By its own recent estimates, Facebook currently boasts around 1.06 billion active monthly users. While many of these users grapple with questions about their privacy settings or news feed notifications, a growing trend indicates that they might have a new issue to contend with: the possibility that they could be served with legal process via their Facebook account.
Service by Facebook was addressed in a recent decision from the U.S. District Court for the Southern District of New York, wherein the Court authorized the Federal Trade Commission to serve multiple defendants using email and private Facebook messages. In Fed. Trade Commission v. PCCARE247 Inc., 2013 U.S. Dist. LEXIS 31969 (S.D.N.Y. March 7, 2013), Judge Paul Engelmayer detailed his reasoning for granting the FTC’s request to be permitted to serve multiple foreign defendants with case filings (other than the Summons and Complaint) by email and by Facebook. Judge Engelmayer outlined the multiple attempts that the FTC had made to effect process on five Indian defendants the FTC had accused of engaging in a scheme to induce consumers to pay for unnecessary computer repairs, noting that conventional service required by the Hague Convention had not been completed by the Indian Central Authority more than five months after it had been sent by the FTC. The defendants had actual knowledge of the lawsuit (and had in fact at one time appeared by counsel therein), and the FTC introduced facts establishing a high likelihood that service by email and Facebook would provide the defendants with actual notice of the filings. The Court found it significant that the documents the FTC sought to serve were not case-initiating documents and was convinced that where conventional service methods involved a multiple-month delay, service by Facebook and email comported with Due Process requirements. The Court also observed that the defendants’ own “zealous embrace” of email and Facebook communications (for example, the defendants had used the email addresses at issue to blind copy the Court on emails they sent to counsel for the FTC) further supported this method of service.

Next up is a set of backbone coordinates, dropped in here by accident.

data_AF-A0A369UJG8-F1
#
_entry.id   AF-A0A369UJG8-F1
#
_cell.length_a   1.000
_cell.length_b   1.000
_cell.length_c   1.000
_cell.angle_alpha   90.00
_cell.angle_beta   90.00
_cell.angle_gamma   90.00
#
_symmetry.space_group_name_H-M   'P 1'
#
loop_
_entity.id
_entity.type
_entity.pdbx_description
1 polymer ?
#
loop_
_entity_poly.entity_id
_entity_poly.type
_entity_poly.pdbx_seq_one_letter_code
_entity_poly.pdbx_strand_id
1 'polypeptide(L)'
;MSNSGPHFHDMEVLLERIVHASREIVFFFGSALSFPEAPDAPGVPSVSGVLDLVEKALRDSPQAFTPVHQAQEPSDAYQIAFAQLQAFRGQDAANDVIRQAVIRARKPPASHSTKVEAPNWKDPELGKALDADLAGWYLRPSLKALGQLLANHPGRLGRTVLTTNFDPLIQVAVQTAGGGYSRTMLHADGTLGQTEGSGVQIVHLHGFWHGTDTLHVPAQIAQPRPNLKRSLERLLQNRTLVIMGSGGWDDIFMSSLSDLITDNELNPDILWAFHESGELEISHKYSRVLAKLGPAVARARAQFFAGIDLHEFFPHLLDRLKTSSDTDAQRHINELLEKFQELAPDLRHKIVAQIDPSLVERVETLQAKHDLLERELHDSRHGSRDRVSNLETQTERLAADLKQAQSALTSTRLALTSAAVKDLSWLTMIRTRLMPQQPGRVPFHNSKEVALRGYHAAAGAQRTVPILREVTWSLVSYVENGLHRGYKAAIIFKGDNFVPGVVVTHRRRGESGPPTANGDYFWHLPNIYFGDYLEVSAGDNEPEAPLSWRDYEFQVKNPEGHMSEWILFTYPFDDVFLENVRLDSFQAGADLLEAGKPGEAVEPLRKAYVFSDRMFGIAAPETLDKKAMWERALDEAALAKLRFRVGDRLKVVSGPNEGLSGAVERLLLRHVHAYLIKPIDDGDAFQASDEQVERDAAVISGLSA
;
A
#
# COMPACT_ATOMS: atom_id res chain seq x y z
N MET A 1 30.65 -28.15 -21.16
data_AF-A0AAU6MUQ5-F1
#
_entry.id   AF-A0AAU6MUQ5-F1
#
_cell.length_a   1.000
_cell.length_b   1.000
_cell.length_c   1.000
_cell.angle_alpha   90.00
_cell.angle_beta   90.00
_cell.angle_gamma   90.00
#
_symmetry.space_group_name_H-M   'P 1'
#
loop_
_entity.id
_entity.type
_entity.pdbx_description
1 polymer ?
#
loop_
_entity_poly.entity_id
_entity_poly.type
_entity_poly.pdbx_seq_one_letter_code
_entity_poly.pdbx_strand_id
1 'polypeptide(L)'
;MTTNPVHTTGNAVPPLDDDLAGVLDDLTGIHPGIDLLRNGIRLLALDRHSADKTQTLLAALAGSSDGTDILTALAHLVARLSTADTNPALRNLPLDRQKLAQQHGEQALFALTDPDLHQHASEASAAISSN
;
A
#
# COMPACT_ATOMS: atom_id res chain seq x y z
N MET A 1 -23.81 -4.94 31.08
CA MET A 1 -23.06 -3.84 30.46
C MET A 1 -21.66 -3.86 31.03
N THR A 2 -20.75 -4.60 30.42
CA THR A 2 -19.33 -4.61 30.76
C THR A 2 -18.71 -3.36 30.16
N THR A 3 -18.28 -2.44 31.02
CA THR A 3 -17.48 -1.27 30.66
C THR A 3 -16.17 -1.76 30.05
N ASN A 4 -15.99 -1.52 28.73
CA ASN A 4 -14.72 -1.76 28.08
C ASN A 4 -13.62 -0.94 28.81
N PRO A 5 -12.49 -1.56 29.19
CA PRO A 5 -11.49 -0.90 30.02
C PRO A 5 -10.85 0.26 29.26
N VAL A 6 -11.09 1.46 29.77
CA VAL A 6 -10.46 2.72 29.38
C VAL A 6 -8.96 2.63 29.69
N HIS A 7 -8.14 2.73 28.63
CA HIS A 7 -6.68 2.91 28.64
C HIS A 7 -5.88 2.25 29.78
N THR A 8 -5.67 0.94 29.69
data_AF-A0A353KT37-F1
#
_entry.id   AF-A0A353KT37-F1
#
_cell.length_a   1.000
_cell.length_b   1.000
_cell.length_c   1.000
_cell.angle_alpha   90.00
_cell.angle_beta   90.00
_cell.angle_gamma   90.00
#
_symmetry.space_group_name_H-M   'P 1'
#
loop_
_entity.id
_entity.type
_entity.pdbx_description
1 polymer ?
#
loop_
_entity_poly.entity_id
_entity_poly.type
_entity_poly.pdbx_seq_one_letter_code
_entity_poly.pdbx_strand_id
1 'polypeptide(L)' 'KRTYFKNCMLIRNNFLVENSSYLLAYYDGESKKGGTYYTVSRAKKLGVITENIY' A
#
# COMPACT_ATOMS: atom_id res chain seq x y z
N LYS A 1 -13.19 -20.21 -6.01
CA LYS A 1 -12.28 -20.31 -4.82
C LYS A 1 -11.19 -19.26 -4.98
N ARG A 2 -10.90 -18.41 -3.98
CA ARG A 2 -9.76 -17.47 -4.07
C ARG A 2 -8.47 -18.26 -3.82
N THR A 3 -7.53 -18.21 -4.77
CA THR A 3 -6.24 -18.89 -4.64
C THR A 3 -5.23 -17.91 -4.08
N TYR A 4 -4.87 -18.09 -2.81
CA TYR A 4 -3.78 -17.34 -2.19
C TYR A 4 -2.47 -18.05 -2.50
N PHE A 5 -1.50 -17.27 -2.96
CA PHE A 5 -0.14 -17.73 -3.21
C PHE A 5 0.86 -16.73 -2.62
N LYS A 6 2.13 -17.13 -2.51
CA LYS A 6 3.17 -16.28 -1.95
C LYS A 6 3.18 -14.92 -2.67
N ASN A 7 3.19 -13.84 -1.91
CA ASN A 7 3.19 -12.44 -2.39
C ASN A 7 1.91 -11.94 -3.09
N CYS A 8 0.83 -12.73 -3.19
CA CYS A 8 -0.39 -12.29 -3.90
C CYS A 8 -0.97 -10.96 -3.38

A new piece of proposed legislation in Texas would carry Judge Engelmayer’s holding even further. Texas State Rep. Jeff Leach (R-Plano) recently introduced House Bill Number 1989, which proposes that a Texas court may authorize substituted service on a defendant using a social media website “if the court finds that: (1) the defendant maintains a social media page on that website; (2) the profile on the social media page is the profile of the defendant; (3) the defendant regularly accesses the social media page account; and (4) the defendant could reasonably be expected to receive actual notice if the electronic communication were sent to the defendant’s account.” The bill is currently in committee, and while some Texas lawyers have expressed concern about whether the bill would adequately ensure that the recipient of service actually receives it, others acknowledge that service using non-conventional methods such as email or social media is becoming increasingly important as the way that businesses and people interact and exchange information continues to evolve.
Neither the New York federal court decision nor the proposed Texas legislation endorse using email or social media as the preferred method of service on a party, and both require the serving party to make a significant showing that the recipient is likely to actually receive the service by social media. However, the growing trend of utilizing these types of accounts to effect service indicate efforts by the legal profession to adapt to new technological trends. In an age where seemingly everyone has a social media account, it just may be the case that Facebook service notifications will be coming to your news feed someday soon.
This publication is intended for general information purposes only and does not and is not intended to constitute legal advice. The reader should consult with legal counsel to determine how laws or decisions discussed herein apply to the reader’s specific circumstances.